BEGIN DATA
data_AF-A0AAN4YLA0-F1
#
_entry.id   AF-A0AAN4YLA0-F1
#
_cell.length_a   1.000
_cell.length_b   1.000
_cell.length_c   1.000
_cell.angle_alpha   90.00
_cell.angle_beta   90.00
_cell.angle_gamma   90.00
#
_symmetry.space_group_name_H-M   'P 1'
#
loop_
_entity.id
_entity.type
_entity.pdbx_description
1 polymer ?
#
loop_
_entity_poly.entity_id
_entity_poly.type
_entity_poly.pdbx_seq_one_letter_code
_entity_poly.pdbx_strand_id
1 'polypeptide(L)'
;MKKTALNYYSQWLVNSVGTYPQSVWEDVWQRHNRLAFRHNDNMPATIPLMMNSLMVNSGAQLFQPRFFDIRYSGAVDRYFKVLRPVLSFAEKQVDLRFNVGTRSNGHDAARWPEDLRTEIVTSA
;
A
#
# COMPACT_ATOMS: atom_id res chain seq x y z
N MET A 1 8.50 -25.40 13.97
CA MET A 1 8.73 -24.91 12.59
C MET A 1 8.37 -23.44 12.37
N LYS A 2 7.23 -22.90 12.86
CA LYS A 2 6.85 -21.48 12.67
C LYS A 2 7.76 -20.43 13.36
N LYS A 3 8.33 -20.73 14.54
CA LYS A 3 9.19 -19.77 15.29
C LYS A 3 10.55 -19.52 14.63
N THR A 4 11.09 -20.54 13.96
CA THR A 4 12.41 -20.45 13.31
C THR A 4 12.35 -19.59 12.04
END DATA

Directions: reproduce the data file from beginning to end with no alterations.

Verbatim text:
data_AF-A0AAN4YLA0-F1
#
_entry.id   AF-A0AAN4YLA0-F1
#
_cell.length_a   1.000
_cell.length_b   1.000
_cell.length_c   1.000
_cell.angle_alpha   90.00
_cell.angle_beta   90.00
_cell.angle_gamma   90.00
#
_symmetry.space_group_name_H-M   'P 1'
#
loop_
_entity.id
_entity.type
_entity.pdbx_description
1 polymer ?
#
loop_
_entity_poly.entity_id
_entity_poly.type
_entity_poly.pdbx_seq_one_letter_code
_entity_poly.pdbx_strand_id
1 'polypeptide(L)'
;MKKTALNYYSQWLVNSVGTYPQSVWEDVWQRHNRLAFRHNDNMPATIPLMMNSLMVNSGAQLFQPRFFDIRYSGAVDRYFKVLRPVLSFAEKQVDLRFNVGTRSNGHDAARWPEDLRTEIVTSA
;
A
#
# COMPACT_ATOMS: atom_id res chain seq x y z
N MET A 1 8.50 -25.40 13.97
CA MET A 1 8.73 -24.91 12.59
C MET A 1 8.37 -23.44 12.37
N LYS A 2 7.23 -22.90 12.86
CA LYS A 2 6.85 -21.48 12.67
C LYS A 2 7.76 -20.43 13.36
N LYS A 3 8.33 -20.73 14.54
CA LYS A 3 9.19 -19.77 15.29
C LYS A 3 10.55 -19.52 14.63
N THR A 4 11.09 -20.54 13.96
CA THR A 4 12.41 -20.45 13.31
C THR A 4 12.35 -19.59 12.04